# Wavefront

## Problem

Perform computations on items in a data set, where the computation on an item uses results from computations on predecessor items.

## Context

The dependences between computations form an acyclic graph.

## Forces

• Dependence constraints between items form an acyclic graph.

• The number of immediate predecessors in the graph is known in advance, or can be determined some time before the last predecessor completes.

## Solution

The solution is a parallel variant of topological sorting, using tbb::parallel_do to process items. Associate an atomic counter with each item. Initialize each counter to the number of predecessors. Invoke tbb::parallel_do to process the items that have no predessors (have counts of zero). After an item is processed, decrement the counters of its successors. If a successor's counter reaches zero, add that successor to the tbb::parallel_do via a "feeder".

If the number of predecessors for an item cannot be determined in advance, treat the information "know number of predecessors" as an additional predecessor. When the number of predecessors becomes known, treat this conceptual predecessor as completed.

If the overhead of counting individual items is excessive, aggregate items into blocks, and do the wavefront over the blocks.

## Example

Below is a serial kernel for the longest common subsequence algorithm. The parameters are strings x and y with respective lengths xlen and ylen.

```int F[MAX_LEN+1][MAX_LEN+1];

void SerialLCS( const char* x, size_t xlen, const char* y, size_t ylen )
{
for( size_t i=1; i<=xlen; ++i )
for( size_t j=1; j<=ylen; ++j )
F[i][j] = x[i-1]==y[j-1] ? F[i-1][j-1]+1:
max(F[i][j-1],F[i-1][j]);
}```

The kernel sets F[i][j] to the length of the longest common subsequence shared by x[0..i-1] and y[0..j-1]. It assumes that F[0][0..ylen] and F[0..xlen][0] have already been initialized to zero.

The following figure shows the data dependences for calculating F[i][j].

Data dependences for longest common substring calculation.

The following figure shows the gray diagonal dependence is the transitive closure of other dependencies. Thus for parallelization purposes it is a redundant dependence that can be ignored.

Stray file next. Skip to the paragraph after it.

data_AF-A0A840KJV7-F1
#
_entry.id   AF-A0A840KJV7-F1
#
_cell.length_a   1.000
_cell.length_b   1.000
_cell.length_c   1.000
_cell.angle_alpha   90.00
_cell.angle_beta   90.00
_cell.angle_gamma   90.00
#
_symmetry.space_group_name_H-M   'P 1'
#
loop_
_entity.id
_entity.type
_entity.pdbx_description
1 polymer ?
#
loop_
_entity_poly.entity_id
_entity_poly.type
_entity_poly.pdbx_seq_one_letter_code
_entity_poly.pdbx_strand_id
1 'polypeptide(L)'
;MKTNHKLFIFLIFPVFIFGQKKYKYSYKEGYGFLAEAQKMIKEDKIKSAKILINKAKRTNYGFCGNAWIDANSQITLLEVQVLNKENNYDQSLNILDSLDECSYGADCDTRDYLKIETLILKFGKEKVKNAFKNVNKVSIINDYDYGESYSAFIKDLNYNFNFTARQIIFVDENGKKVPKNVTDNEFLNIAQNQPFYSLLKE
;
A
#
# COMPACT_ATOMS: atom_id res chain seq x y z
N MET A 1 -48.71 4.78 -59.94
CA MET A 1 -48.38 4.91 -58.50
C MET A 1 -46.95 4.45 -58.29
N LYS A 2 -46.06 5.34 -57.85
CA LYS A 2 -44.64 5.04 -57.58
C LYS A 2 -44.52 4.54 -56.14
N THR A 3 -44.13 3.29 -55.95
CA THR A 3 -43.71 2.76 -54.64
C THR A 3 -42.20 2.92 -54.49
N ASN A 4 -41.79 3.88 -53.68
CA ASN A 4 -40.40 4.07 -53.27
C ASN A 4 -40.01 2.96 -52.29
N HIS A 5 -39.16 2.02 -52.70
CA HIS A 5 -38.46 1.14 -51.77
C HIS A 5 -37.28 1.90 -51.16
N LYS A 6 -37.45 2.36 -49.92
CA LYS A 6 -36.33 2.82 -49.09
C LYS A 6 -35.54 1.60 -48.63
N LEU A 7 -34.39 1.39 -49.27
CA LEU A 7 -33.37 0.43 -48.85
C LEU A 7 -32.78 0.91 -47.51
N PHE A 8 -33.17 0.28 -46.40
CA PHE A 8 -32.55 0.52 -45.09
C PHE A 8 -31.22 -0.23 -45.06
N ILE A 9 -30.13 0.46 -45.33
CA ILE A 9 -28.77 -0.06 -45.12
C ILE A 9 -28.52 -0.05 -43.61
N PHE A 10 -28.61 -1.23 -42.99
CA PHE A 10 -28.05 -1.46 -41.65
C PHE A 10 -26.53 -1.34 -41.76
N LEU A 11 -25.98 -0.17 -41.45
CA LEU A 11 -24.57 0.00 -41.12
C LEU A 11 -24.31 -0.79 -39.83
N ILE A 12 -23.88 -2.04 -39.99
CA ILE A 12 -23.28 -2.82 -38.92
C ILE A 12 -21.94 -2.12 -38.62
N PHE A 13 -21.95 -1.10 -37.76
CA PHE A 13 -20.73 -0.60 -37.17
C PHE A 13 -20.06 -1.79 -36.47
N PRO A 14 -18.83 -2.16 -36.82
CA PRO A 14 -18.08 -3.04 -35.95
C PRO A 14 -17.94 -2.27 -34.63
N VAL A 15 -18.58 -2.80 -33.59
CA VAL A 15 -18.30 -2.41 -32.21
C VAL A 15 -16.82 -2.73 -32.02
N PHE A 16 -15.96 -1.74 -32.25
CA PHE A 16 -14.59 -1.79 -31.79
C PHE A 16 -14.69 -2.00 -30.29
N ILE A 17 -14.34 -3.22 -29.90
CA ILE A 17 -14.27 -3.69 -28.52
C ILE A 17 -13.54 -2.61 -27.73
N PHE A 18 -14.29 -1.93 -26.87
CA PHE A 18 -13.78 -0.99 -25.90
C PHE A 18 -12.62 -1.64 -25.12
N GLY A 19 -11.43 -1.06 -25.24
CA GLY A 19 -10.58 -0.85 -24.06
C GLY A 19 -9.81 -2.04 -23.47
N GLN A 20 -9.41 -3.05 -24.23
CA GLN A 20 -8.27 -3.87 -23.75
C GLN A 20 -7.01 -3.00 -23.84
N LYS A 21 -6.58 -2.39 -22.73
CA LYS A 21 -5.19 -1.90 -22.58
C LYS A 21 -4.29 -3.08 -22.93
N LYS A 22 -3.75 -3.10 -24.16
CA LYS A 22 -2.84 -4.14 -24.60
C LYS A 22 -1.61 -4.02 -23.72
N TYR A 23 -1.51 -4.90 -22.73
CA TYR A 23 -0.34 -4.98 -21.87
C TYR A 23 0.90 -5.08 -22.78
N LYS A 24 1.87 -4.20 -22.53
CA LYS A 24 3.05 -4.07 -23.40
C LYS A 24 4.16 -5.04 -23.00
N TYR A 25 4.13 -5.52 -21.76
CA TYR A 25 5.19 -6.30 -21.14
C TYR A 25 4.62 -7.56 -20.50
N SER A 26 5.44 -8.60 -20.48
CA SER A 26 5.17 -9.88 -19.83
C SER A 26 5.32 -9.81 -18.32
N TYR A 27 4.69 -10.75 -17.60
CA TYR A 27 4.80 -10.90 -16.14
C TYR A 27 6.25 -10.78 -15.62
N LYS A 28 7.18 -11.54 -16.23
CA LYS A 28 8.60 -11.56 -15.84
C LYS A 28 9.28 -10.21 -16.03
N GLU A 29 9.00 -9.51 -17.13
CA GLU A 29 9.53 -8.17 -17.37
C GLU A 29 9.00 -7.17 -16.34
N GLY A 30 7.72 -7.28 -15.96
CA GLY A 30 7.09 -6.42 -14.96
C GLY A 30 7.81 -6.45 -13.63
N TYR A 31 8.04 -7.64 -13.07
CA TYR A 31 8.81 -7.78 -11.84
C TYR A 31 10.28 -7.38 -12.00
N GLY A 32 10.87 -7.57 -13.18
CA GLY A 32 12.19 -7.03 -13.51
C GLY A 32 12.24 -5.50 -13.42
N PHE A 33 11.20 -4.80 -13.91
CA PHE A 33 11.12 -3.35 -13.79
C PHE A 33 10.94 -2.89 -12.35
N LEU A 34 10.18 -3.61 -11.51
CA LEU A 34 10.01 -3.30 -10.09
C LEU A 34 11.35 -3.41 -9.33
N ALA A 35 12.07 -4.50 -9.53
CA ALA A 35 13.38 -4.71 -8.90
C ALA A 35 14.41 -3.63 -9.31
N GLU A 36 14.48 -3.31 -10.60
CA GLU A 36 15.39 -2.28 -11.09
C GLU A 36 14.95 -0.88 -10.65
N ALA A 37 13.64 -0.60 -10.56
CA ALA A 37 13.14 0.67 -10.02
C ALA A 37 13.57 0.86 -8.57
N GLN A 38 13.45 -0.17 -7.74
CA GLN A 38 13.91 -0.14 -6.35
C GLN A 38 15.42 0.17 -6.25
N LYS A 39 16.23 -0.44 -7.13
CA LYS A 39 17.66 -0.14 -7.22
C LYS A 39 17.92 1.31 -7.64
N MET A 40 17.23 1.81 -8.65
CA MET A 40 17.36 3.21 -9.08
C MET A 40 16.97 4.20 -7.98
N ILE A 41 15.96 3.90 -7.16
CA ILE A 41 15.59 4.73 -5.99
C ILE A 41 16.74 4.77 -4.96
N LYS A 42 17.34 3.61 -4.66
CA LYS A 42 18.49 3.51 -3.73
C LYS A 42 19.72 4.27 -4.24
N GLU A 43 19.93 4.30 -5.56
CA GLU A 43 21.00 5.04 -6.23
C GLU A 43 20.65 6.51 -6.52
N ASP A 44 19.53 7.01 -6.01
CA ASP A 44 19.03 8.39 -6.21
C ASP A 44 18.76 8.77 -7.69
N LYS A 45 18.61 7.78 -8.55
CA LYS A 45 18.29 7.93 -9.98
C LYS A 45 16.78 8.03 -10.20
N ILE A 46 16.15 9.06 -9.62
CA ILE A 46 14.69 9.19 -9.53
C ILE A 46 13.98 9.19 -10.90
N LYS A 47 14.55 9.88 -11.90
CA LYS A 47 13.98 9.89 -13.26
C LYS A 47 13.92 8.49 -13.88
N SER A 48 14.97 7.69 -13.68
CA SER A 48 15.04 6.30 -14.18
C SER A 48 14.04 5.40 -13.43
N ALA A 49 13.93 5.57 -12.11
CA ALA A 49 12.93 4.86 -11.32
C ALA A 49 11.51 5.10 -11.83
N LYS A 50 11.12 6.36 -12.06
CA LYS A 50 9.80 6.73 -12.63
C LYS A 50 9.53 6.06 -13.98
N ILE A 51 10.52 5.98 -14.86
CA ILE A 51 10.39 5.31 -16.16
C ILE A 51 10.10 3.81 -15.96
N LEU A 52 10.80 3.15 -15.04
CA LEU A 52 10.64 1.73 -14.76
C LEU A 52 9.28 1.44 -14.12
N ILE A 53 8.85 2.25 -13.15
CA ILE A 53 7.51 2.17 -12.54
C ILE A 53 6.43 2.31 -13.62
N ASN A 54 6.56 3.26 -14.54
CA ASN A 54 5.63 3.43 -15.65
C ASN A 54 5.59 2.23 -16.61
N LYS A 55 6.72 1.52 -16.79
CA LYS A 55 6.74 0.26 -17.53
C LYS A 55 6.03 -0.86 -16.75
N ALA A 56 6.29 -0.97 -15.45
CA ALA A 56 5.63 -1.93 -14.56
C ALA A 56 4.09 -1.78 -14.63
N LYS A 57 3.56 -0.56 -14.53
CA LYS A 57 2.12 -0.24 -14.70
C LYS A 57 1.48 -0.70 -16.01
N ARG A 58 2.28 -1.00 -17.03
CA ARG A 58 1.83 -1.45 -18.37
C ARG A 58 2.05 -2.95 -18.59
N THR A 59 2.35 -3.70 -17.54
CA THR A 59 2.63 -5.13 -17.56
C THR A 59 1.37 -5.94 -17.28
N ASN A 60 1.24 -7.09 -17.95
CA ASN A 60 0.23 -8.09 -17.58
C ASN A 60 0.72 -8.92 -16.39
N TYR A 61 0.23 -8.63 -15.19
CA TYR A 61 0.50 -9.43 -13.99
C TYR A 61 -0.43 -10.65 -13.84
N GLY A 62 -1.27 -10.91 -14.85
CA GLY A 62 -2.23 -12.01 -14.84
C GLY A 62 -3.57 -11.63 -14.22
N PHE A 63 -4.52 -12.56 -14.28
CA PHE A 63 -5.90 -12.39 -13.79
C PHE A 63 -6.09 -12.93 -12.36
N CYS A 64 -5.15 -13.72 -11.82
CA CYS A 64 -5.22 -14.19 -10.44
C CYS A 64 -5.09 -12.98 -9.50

Diagonal dependence is redundant.

It is generally good to remove redundant dependences from consideration, because the atomic counting incurs a cost for each dependence considered.

Another consideration is grain size. Scheduling each F[i][j] element calculation separately is prohibitively expensive. A good solution is to aggregate the elements into contiguous blocks, and process the contents of a block serially. The blocks have the same dependence pattern, but at a block scale. Hence scheduling overheads can be amortized over blocks.

The parallel code follows. Each block consists of N×N elements. Each block has an associated atomic counter. Array Count organizes these counters for easy lookup. The code initializes the counters and then rolls a wavefront using parallel_do, starting with the block at the origin since it has no predecessors.

```const int N = 64;
tbb::atomic<char> Count[MAX_LEN/N+1][MAX_LEN/N+1];

void ParallelLCS( const char* x, size_t xlen, const char* y, size_t ylen ) {
// Initialize predecessor counts for blocks.
size_t m = (xlen+N-1)/N;
size_t n = (ylen+N-1)/N;
for( int i=0; i<m; ++i )
for( int j=0; j<n; ++j )
Count[i][j] = (i>0)+(j>0);
// Roll the wavefront from the origin.
typedef pair<size_t,size_t> block;
block origin(0,0);
tbb::parallel_do( &origin, &origin+1,
[=]( const block& b, tbb::parallel_do_feeder<block>&feeder ) {
// Extract bounds on block
size_t bi = b.first;
size_t bj = b.second;
size_t xl = N*bi+1;
size_t xu = min(xl+N,xlen+1);
size_t yl = N*bj+1;
size_t yu = min(yl+N,ylen+1);
// Process the block
for( size_t i=xl; i<xu; ++i )
for( size_t j=yl; j<yu; ++j )
F[i][j] = x[i-1]==y[j-1] ? F[i-1][j-1]+1:
max(F[i][j-1],F[i-1][j]);
// Account for successors
if( bj+1<n && ‐‐Count[bi][bj+1]==0 )
if( bi+1<m && ‐‐Count[bi+1][bj]==0 )